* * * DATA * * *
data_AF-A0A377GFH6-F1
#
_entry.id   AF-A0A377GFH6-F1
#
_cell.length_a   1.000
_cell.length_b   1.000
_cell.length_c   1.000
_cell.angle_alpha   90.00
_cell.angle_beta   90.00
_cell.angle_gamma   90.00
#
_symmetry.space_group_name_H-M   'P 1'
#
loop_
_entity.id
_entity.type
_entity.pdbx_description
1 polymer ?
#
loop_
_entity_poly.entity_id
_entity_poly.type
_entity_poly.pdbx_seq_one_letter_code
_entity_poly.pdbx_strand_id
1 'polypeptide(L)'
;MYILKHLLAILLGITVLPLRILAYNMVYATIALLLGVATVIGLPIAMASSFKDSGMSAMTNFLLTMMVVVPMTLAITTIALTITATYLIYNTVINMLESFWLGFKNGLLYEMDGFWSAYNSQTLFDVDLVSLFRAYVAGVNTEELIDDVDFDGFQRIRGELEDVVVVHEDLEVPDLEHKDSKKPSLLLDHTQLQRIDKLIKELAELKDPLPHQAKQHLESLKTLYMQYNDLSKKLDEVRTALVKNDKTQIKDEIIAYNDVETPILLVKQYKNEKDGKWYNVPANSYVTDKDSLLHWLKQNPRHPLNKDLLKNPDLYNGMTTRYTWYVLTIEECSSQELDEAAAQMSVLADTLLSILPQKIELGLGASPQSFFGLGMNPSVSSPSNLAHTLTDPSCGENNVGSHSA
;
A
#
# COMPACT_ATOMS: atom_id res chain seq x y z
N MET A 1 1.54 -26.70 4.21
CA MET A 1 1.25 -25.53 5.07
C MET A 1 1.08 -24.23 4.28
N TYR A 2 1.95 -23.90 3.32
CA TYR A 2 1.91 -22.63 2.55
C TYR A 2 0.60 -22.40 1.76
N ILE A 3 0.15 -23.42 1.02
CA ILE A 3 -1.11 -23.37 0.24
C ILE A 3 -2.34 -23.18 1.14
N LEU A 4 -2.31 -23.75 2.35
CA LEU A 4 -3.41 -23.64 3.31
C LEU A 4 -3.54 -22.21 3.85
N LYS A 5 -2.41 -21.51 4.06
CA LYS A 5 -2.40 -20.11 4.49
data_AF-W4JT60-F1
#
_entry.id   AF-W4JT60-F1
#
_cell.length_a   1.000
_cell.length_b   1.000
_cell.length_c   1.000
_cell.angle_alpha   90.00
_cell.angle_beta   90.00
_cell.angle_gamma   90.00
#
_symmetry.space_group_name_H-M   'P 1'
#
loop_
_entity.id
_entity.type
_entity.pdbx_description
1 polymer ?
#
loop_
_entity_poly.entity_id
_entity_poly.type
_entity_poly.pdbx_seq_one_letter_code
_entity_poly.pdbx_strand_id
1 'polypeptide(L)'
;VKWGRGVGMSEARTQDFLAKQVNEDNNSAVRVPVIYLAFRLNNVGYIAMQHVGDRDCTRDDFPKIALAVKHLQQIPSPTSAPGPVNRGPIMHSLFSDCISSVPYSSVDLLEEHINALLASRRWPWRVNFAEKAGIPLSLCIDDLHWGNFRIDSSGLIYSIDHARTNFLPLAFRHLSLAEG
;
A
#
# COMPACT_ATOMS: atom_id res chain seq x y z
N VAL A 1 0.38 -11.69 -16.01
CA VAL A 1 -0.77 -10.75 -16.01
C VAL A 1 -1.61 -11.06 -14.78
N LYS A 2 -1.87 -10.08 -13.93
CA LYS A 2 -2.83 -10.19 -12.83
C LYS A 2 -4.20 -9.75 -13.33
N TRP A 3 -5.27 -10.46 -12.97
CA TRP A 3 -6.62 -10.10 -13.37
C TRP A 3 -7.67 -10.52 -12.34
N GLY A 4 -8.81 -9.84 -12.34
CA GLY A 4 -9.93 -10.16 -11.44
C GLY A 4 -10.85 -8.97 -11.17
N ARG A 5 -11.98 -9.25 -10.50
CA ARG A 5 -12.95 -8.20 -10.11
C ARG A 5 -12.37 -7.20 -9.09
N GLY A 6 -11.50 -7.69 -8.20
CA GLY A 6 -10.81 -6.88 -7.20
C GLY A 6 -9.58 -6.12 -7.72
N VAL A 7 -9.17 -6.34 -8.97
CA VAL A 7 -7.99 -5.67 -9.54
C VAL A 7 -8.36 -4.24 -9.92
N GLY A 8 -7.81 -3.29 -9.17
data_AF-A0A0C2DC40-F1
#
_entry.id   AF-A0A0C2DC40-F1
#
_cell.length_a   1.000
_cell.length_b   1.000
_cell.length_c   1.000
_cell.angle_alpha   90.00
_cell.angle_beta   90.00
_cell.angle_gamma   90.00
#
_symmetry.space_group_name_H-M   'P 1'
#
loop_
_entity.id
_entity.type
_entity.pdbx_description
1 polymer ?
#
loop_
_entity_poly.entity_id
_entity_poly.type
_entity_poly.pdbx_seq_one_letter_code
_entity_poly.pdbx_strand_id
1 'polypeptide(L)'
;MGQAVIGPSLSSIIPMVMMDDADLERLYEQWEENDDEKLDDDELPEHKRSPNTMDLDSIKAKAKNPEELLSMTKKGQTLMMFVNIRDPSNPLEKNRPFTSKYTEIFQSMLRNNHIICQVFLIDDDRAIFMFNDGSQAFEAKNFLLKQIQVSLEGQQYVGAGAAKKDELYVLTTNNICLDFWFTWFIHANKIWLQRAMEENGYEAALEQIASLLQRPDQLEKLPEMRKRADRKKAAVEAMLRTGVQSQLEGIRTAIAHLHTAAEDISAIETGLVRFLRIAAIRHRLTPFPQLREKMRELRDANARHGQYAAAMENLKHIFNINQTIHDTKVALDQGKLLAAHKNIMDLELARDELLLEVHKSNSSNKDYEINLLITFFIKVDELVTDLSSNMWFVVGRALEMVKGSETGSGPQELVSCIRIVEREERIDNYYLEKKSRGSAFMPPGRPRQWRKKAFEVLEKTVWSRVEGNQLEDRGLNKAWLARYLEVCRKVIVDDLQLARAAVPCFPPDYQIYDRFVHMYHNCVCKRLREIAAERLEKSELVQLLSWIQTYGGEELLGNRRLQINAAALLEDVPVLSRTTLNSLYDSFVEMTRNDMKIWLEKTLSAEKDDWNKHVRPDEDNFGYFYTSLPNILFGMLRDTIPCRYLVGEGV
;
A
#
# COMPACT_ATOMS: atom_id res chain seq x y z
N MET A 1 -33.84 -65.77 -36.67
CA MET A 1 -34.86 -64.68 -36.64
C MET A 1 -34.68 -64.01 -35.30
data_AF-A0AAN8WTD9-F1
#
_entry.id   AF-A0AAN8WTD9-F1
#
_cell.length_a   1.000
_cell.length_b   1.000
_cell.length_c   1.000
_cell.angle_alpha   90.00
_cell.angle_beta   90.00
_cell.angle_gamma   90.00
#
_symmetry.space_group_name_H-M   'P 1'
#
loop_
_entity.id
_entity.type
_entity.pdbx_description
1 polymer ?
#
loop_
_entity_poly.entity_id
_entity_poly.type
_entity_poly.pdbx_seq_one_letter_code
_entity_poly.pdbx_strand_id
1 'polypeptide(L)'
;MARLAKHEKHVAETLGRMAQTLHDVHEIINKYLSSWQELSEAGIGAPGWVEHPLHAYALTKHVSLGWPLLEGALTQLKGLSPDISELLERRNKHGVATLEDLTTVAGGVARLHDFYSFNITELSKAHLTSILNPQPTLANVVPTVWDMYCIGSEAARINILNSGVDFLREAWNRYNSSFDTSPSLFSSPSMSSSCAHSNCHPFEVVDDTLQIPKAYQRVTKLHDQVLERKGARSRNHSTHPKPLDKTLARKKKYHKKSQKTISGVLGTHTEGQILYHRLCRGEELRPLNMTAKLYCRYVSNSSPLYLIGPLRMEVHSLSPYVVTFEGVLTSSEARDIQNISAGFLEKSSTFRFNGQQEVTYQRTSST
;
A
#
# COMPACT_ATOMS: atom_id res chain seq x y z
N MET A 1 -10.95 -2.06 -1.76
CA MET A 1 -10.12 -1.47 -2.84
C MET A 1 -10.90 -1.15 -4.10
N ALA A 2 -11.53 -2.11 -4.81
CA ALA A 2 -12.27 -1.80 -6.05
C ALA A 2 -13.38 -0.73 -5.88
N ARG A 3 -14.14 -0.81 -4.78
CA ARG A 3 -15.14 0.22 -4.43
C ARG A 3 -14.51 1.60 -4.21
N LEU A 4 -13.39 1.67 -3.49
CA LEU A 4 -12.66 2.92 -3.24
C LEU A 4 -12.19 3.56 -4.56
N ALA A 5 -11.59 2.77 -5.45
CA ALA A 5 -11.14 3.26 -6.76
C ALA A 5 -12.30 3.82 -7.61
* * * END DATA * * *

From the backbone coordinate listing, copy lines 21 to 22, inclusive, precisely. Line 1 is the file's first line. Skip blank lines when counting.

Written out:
_entity_poly.entity_id
_entity_poly.type